Pop quiz: Are green tomatoes underripe tomatoes or a different variety completely?
While they’re not as common on the supermarket shelves as they are at the farmers market, green tomatoes seem to be a rather confusing matter. Are they unripe tomatoes or a specific variety that is green when fully ripe? Winner, winner, tomato dinner—both are correct.
Green tomato varietals are usually heirloom tomatoes and feel and taste just like a ripe red tomato but come wrapped in a usually subtly striped or speckled skin.
Firm, green, unripe tomatoes are usually available early on in tomato season, if at all. They’re not so popular to cook with but can be darn delicious when prepared right.
How to cook green tomatoes
If you can find unripe or ‘green tomatoes’ and want to embrace their tart, punchy flavor and somewhat crisp texture, you can use a few different approaches in the kitchen:
– Purée your tomatoes and use them instead of canned tomatoes in a simple red sauce, turned green, that’s excellent with pasta, fish, or fried eggs and toast
– Bread and deep fry slices of green tomato for a classic American dish from the South
– Swap them into tomato soup for a new flavor profile
– Chop them up into a salsa for tortilla chips or to spoon over grilled meats
– Grill and layer them onto a plate and pile up with fresh mozzarella, basil, olive oil, white balsamic vinegar, salt, and pepper for a fun take on the Caprese salad
Our most trustworthy tricks to ripen your favorite fruits
While there’s no one true and best way, these are our favorite ways to ripen fruits. Of course you can surround your bananas with rice, place your melons in paper bags, or cover and wait for your mangoes—just make sure to check up on your fruits every day so they don’t get overripe or start to rot.
How to ripen avocados–the rice method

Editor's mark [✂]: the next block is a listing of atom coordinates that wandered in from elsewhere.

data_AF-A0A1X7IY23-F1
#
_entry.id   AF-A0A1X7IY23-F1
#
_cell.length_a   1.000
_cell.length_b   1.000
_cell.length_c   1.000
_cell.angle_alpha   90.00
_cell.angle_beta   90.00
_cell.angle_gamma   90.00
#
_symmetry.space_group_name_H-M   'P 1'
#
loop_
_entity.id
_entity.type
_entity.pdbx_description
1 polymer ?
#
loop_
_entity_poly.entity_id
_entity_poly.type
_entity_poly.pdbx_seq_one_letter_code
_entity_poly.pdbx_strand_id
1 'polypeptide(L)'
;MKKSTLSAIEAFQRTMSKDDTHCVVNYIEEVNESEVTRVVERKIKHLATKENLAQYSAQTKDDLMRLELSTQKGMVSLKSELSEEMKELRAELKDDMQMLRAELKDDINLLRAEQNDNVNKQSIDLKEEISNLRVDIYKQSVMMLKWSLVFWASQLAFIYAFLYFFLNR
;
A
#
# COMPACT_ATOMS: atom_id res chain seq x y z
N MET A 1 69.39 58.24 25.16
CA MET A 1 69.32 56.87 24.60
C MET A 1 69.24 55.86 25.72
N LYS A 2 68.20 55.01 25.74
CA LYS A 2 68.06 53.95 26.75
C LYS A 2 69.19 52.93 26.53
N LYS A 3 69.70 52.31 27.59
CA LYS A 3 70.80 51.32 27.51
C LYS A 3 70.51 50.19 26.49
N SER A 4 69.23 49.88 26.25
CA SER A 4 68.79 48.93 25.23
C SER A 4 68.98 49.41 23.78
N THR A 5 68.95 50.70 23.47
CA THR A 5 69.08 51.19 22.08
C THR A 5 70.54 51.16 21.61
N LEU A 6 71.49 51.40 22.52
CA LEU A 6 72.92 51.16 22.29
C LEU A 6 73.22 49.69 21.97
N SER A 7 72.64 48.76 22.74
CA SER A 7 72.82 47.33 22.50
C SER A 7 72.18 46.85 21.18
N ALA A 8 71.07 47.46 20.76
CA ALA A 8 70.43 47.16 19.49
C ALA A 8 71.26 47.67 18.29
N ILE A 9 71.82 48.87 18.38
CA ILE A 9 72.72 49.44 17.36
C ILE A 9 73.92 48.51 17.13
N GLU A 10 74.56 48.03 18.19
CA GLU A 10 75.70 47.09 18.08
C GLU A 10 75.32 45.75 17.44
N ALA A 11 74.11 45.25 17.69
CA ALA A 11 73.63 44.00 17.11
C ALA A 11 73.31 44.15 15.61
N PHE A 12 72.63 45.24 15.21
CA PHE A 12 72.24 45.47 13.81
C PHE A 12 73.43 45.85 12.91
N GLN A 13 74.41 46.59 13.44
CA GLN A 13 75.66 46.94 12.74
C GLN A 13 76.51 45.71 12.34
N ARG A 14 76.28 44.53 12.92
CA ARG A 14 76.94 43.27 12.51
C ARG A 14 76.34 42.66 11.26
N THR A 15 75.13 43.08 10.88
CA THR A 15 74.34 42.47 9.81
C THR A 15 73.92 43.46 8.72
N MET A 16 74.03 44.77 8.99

Avocados are a special kind of climacteric fruit, as they only ripen after being harvested. Where other climacteric fruits will continue to ripen whether on the vine or off, avocados don’t! This means you might be more likely to run across rock hard, green-skinned avocados that need some time to ripen on their own. How to speed it up? Use rice to trap the ethylene the avocado will naturally give off by submerging the unripe fruit in a large bowl filled with rice.
How to ripen bananas–the classic paper bag method
There are two camps when it comes to bananas: those who prefer them early on in the ripening process, with harder flesh and a yellow skin with no trace of brown speckles, and those you prefer them super soft, sweet, and speckled brown all over. I’m a proud member of the second camp, so when I can’t wait for my bananas to soften up, placing them in a paper bag will help speed up the process.
How to ripen peaches—the cover and wait method
A ripe peach is not to be eaten lightly but savored. That’s why we think it’s best to set them, stem side down, on a clean kitchen towel, and cover them with another kitchen towel. Make sure they aren’t touching, and wait until their smell is so fragrant, their flesh just soft enough, and dig in. It usually takes no more than 3 days for their stem side to flatten a bit—another visual cue to let you know they’re ready.
How to ripen mangoes—the flour method
Just like rice, flour is another great way to trap natural ethylene and speed up ripening. Place a clean, dry mango into a paper bag filled with flour to ripen. Then dig in! Not sure where to start? We can help with that!
How to ripen cantaloupe—the apple or banana method
Ripe melons are some of my favorite summer fruits, and an easy way to get them to ripen is to trap them in a paper bag or simply place them next to other high ethylene producing fruits—like apples or bananas.
Have any ripening tips for us and the community? Let us know in the comments below!
Published on 19. August 2018